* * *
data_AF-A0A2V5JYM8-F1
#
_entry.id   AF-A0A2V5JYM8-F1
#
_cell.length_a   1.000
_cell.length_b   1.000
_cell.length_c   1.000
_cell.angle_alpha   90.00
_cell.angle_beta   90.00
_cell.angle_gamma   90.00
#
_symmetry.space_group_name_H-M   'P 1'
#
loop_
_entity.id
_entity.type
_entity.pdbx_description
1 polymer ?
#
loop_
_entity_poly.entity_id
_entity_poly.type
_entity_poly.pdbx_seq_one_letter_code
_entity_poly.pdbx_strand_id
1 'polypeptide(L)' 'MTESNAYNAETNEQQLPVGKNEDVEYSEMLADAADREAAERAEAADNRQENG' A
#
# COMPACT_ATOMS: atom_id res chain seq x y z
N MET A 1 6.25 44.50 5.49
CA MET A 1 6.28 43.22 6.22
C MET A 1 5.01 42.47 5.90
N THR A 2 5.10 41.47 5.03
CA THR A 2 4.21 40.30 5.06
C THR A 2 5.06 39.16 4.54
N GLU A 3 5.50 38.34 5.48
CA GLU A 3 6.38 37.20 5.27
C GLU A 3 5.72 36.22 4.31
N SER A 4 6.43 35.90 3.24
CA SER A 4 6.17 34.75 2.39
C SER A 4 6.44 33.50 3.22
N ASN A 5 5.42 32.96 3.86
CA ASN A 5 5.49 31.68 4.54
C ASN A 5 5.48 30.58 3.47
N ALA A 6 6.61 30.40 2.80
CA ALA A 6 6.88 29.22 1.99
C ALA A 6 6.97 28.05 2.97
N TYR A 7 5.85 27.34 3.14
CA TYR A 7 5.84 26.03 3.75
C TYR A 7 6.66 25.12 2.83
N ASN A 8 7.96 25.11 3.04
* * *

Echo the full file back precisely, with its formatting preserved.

data_AF-A0A2V5JYM8-F1
#
_entry.id   AF-A0A2V5JYM8-F1
#
_cell.length_a   1.000
_cell.length_b   1.000
_cell.length_c   1.000
_cell.angle_alpha   90.00
_cell.angle_beta   90.00
_cell.angle_gamma   90.00
#
_symmetry.space_group_name_H-M   'P 1'
#
loop_
_entity.id
_entity.type
_entity.pdbx_description
1 polymer ?
#
loop_
_entity_poly.entity_id
_entity_poly.type
_entity_poly.pdbx_seq_one_letter_code
_entity_poly.pdbx_strand_id
1 'polypeptide(L)' 'MTESNAYNAETNEQQLPVGKNEDVEYSEMLADAADREAAERAEAADNRQENG' A
#
# COMPACT_ATOMS: atom_id res chain seq x y z
N MET A 1 6.25 44.50 5.49
CA MET A 1 6.28 43.22 6.22
C MET A 1 5.01 42.47 5.90
N THR A 2 5.10 41.47 5.03
CA THR A 2 4.21 40.30 5.06
C THR A 2 5.06 39.16 4.54
N GLU A 3 5.50 38.34 5.48
CA GLU A 3 6.38 37.20 5.27
C GLU A 3 5.72 36.22 4.31
N SER A 4 6.43 35.90 3.24
CA SER A 4 6.17 34.75 2.39
C SER A 4 6.44 33.50 3.22
N ASN A 5 5.42 32.96 3.86
CA ASN A 5 5.49 31.68 4.54
C ASN A 5 5.48 30.58 3.47
N ALA A 6 6.61 30.40 2.80
CA ALA A 6 6.88 29.22 1.99
C ALA A 6 6.97 28.05 2.97
N TYR A 7 5.85 27.34 3.14
CA TYR A 7 5.84 26.03 3.75
C TYR A 7 6.66 25.12 2.83
N ASN A 8 7.96 25.11 3.04